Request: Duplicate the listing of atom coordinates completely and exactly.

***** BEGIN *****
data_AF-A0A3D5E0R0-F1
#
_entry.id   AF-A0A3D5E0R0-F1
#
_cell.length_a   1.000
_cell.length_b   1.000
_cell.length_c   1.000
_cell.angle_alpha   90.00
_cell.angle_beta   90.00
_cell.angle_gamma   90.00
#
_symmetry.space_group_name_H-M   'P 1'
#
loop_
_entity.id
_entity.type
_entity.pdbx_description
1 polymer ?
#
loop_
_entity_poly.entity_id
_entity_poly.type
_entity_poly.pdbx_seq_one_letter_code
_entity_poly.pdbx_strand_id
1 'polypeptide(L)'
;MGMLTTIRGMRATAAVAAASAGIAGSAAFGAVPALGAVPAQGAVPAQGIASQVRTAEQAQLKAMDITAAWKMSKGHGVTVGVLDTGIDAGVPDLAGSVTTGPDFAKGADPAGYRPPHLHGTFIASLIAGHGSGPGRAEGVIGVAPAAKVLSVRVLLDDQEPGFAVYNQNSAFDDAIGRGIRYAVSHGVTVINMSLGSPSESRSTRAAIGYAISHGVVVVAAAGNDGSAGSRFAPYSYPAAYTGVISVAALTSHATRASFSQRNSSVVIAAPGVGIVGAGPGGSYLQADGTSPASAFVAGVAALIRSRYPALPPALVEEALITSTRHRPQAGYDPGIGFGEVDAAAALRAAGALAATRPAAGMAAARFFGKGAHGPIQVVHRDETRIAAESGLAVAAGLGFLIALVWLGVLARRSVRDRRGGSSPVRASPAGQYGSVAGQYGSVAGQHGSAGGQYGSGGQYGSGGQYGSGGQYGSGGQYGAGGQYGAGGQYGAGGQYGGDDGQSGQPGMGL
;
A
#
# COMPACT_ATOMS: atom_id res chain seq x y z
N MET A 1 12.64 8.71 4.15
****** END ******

data_AF-A0A3D5E0R0-F1
#
_entry.id   AF-A0A3D5E0R0-F1
#
_cell.length_a   1.000
_cell.length_b   1.000
_cell.length_c   1.000
_cell.angle_alpha   90.00
_cell.angle_beta   90.00
_cell.angle_gamma   90.00
#
_symmetry.space_group_name_H-M   'P 1'
#
loop_
_entity.id
_entity.type
_entity.pdbx_description
1 polymer ?
#
loop_
_entity_poly.entity_id
_entity_poly.type
_entity_poly.pdbx_seq_one_letter_code
_entity_poly.pdbx_strand_id
1 'polypeptide(L)'
;MGMLTTIRGMRATAAVAAASAGIAGSAAFGAVPALGAVPAQGAVPAQGIASQVRTAEQAQLKAMDITAAWKMSKGHGVTVGVLDTGIDAGVPDLAGSVTTGPDFAKGADPAGYRPPHLHGTFIASLIAGHGSGPGRAEGVIGVAPAAKVLSVRVLLDDQEPGFAVYNQNSAFDDAIGRGIRYAVSHGVTVINMSLGSPSESRSTRAAIGYAISHGVVVVAAAGNDGSAGSRFAPYSYPAAYTGVISVAALTSHATRASFSQRNSSVVIAAPGVGIVGAGPGGSYLQADGTSPASAFVAGVAALIRSRYPALPPALVEEALITSTRHRPQAGYDPGIGFGEVDAAAALRAAGALAATRPAAGMAAARFFGKGAHGPIQVVHRDETRIAAESGLAVAAGLGFLIALVWLGVLARRSVRDRRGGSSPVRASPAGQYGSVAGQYGSVAGQHGSAGGQYGSGGQYGSGGQYGSGGQYGSGGQYGAGGQYGAGGQYGAGGQYGGDDGQSGQPGMGL
;
A
#
# COMPACT_ATOMS: atom_id res chain seq x y z
N MET A 1 12.64 8.71 4.15